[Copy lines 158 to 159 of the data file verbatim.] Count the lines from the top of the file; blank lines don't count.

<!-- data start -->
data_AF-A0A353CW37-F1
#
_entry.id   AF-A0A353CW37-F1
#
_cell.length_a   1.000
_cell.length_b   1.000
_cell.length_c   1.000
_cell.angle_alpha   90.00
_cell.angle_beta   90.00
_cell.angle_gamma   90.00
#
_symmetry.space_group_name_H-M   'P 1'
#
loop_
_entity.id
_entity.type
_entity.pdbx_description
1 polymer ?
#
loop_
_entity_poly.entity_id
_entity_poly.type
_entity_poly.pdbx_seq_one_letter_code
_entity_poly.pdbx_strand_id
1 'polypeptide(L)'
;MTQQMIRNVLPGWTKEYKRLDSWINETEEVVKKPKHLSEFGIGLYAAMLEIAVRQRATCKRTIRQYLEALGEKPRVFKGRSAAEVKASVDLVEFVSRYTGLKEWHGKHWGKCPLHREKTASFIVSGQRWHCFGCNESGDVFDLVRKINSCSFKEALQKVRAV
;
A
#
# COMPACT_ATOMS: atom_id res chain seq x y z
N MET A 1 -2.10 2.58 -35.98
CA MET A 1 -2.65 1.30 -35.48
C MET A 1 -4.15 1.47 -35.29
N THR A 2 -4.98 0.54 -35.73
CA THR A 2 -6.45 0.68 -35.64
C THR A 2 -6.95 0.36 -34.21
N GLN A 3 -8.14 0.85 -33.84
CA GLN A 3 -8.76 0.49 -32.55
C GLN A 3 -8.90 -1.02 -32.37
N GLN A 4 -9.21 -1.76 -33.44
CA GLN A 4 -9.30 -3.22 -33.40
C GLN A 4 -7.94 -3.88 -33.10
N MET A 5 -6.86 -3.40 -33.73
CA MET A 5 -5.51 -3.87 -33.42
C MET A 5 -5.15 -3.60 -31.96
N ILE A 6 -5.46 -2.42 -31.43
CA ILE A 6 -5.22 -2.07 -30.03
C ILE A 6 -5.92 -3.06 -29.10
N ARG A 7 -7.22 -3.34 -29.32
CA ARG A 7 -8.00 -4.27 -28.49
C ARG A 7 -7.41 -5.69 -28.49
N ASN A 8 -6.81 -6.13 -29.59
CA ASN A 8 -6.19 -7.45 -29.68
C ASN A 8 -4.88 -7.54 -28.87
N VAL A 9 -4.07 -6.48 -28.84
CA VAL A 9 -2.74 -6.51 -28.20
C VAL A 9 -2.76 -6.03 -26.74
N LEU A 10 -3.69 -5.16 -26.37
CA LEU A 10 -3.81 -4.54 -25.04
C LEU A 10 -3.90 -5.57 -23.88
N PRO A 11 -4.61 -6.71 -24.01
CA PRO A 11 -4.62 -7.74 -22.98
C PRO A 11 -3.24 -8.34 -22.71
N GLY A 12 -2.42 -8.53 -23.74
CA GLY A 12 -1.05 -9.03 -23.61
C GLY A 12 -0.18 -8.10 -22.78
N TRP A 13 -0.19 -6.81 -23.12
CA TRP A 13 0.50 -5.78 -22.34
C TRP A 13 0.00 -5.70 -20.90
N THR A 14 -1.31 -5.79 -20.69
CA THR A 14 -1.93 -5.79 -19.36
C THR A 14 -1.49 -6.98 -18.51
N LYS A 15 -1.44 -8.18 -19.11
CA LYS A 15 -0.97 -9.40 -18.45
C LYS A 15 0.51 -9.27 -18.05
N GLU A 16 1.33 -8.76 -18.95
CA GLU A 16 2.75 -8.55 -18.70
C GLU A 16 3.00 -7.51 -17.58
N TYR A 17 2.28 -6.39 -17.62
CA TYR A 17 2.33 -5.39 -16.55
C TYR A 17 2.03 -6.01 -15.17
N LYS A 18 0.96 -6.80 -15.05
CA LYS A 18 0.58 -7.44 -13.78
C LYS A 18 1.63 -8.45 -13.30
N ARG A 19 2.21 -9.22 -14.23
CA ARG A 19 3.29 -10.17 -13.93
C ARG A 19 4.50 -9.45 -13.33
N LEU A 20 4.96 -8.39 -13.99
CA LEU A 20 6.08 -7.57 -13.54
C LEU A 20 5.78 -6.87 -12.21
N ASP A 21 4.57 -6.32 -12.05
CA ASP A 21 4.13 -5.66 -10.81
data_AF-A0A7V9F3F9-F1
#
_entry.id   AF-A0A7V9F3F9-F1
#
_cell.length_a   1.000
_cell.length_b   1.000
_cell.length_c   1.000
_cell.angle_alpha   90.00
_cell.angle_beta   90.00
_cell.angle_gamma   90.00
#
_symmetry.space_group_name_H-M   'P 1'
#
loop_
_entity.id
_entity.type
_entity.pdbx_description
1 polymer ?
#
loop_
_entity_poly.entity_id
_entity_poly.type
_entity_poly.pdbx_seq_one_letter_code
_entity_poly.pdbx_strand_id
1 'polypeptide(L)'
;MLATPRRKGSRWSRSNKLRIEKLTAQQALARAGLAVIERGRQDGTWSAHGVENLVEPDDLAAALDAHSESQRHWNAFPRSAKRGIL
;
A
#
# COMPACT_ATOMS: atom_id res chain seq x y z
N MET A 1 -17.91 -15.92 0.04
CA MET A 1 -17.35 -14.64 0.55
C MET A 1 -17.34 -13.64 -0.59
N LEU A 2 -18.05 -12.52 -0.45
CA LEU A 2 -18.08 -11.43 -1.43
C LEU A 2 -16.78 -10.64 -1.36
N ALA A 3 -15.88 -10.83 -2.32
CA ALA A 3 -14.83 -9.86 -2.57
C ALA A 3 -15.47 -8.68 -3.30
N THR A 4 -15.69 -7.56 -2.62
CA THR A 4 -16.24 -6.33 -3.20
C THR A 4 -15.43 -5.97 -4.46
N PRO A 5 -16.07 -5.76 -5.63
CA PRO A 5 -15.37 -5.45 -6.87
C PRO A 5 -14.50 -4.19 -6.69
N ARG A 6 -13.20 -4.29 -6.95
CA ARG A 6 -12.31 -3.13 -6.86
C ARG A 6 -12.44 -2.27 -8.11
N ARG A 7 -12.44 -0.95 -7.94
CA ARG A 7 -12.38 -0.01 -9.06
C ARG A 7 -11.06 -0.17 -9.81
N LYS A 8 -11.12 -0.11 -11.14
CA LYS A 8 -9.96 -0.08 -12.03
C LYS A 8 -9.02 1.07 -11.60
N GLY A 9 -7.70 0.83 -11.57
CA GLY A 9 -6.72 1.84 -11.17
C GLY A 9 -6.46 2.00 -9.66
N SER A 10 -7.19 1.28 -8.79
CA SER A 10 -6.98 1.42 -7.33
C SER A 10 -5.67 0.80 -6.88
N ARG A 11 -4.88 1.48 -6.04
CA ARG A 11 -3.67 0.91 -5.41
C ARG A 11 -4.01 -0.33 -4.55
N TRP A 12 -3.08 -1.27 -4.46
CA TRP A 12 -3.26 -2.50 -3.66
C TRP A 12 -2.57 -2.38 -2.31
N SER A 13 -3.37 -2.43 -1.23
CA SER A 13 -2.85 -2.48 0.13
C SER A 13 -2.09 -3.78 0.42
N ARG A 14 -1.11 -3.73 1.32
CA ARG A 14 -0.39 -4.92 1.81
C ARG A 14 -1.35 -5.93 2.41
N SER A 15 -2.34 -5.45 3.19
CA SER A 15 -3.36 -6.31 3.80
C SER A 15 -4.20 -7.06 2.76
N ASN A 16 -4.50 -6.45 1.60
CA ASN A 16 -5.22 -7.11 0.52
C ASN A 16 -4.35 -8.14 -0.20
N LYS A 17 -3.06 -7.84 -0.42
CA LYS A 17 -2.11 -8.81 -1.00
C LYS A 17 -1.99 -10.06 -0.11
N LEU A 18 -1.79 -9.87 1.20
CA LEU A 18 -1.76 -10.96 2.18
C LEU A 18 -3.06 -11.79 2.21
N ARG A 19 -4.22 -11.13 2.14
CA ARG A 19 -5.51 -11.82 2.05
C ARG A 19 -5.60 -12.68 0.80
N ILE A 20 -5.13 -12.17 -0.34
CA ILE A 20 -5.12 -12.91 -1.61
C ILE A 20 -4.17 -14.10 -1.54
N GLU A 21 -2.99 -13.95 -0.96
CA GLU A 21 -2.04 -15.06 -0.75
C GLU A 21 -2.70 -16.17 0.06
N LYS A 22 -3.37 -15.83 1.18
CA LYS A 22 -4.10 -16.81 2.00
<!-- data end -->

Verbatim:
C TRP A 12 -2.57 -2.38 -2.31
N SER A 13 -3.37 -2.43 -1.23